Employees at Natural Resources Canada are strengthening their science policy knowledge and networks through the design and delivery of, and participation in, an innovative, grassroots case competition.
The first Science and Policy Team Challenge was run in 2011, and two years later, the game has incorporated additional learning elements, drawn in new players and partners, and become established as a signature event within the department.
To play in the Team Challenge, employees from across NRCan join in teams of three to six and compete to provide solutions to a science policy integration issue.
Using the case material and any other information available, teams of NRCan employees analyze tricky problems, submit proposals for action, and communicate and defend their findings before a critical audience made up of senior executives, academics and business professionals. Teams do all this under incredible time pressure and with limited resources.
Case competitions are a good example of the case study-based teaching method. With the Team Challenge, we have demonstrated that the case method is a great fit for learning at NRCan. First, because we can create a simulated environment as full of life and detail as the real world, and second, because we can take advantage of the connection made in a game between learning, curiosity and play.
Schools of business, law, medicine, as well as pilot training, the military and emergency personnel, use the case method to challenge their students to learn quickly, ask the right questions and make decisions under pressure with imperfect information. A case competition is like the Olympics of the case method.
Participating in a case competition draws and holds people in a team and shows them just how much they can achieve when they work together. Through the game, learners challenge their assumptions and build a framework they can use to respond to similar situations in the future.
Using the case method demands more of learners than traditional instructor-led training. Case-based learning is active, exciting, compelling and enduring – for learners, the case method can also be risky, high-pressure and difficult.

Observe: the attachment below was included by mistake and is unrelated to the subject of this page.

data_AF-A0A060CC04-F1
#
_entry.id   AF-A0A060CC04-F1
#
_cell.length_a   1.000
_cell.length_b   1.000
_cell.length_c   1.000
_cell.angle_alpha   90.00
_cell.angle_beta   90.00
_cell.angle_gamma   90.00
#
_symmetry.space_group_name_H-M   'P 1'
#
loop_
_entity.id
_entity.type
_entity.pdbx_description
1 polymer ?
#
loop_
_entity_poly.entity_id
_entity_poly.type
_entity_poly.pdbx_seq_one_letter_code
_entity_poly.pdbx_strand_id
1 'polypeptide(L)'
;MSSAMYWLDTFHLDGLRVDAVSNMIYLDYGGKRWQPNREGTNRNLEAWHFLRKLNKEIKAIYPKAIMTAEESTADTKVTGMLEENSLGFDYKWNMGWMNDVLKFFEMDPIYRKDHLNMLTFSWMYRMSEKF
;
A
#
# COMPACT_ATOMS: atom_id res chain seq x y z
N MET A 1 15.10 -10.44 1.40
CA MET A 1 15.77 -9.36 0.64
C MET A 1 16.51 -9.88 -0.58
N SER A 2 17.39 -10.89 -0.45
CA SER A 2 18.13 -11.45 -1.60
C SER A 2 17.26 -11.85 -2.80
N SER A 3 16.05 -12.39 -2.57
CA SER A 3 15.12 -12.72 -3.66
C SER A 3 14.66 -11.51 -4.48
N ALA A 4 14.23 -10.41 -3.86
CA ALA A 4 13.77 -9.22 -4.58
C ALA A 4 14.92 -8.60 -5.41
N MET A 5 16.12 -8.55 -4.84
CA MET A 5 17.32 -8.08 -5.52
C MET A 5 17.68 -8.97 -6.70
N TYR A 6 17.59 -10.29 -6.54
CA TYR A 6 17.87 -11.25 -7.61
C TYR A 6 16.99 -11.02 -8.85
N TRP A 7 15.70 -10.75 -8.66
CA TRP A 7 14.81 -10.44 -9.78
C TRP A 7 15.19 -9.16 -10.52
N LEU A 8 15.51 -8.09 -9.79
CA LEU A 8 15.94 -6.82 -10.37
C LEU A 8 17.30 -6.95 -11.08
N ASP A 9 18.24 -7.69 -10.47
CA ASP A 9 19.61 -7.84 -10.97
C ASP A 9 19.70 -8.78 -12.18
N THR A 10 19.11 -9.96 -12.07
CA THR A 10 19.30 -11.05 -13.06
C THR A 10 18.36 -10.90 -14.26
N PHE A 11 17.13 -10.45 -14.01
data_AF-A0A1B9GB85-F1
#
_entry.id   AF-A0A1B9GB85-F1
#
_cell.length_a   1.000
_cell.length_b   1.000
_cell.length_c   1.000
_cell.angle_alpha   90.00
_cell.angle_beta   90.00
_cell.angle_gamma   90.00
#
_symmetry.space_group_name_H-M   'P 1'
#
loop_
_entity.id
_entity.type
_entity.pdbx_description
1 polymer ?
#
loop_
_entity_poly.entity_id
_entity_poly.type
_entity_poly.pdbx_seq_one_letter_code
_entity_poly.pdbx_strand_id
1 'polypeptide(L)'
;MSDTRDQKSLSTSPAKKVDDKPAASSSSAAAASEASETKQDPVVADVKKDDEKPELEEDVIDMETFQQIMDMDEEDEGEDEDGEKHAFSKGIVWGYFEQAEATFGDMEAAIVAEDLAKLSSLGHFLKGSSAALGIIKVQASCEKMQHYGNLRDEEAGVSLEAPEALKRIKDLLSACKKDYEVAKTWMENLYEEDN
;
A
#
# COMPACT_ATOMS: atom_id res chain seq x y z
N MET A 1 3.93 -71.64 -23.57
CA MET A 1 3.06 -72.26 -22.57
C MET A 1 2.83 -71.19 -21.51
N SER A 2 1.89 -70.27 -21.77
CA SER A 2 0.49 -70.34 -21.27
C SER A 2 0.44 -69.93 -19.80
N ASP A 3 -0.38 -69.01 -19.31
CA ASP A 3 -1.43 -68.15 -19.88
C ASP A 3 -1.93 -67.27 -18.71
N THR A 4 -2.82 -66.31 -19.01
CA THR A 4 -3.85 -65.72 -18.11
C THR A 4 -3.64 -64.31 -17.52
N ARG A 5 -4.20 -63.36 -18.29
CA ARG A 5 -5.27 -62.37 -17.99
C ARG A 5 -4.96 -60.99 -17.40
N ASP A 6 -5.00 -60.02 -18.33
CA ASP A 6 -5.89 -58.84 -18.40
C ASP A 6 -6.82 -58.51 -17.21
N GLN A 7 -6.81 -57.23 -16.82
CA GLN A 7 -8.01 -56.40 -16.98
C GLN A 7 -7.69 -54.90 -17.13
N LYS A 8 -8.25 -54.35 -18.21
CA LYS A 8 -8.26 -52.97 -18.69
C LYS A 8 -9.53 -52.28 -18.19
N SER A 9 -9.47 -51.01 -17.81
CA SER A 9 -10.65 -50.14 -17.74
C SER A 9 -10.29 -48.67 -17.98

Games such as case competitions are immersive and encourage players to learn from their mistakes. They are also a great way to motivate learners, using novel and surprising situations to trigger peoples’ curiosity. Curiosity – even more than discovery – is what motivates us to fill gaps in our knowledge and understanding, and makes learning a pleasure.
Inside the Team Challenge, we have tried to create a learning environment that draws people into the case, open up opportunities for learners to become leaders, and encourage people to make smart choices even before they see the case material that we have prepared.
The three original cases that we have written for the Team Challenge, on offshore oil and gas, toxic mine tailings, and green energy technology, have grown teams’ expertise in policy research and analysis, science and technology, consultation and communication, risk management, writing, and coaching, along with best practices for briefing senior managers, public speaking and developing presentations and posters.
Over the past three years, more than 120 people have played in the Team Challenge, and more than that have been involved in the design and delivery of every aspect of the game, from case writing to event planning, managing IT to communication. We have depended on volunteers, in-kind resources and light-handed guidance from our Champions over the past three years, Cécile Cleroux and Geoff Munro.
This year’s Challenge was a great success. We saw strong departmental participation despite constraints of the operating context: 38 players in seven teams played the game, supported by 11 subject matter experts, 12 evaluators, eight coaches, and five judges, together with a 10-member organizing committee – roughly 80 participants in total.
The Challenge offers learning opportunities not just for the players; for example, coaches received training and evaluation to support development of their supervisory skills, experts enhanced their science to policy communication skills, organizing committee members strengthened their leadership, presentation and organizational skills, while all deepened their departmental networks.
For NRCan employees who enjoy the challenge of game-based learning, the Team Challenge has been an opportunity to push their limits in an environment of support and exploration.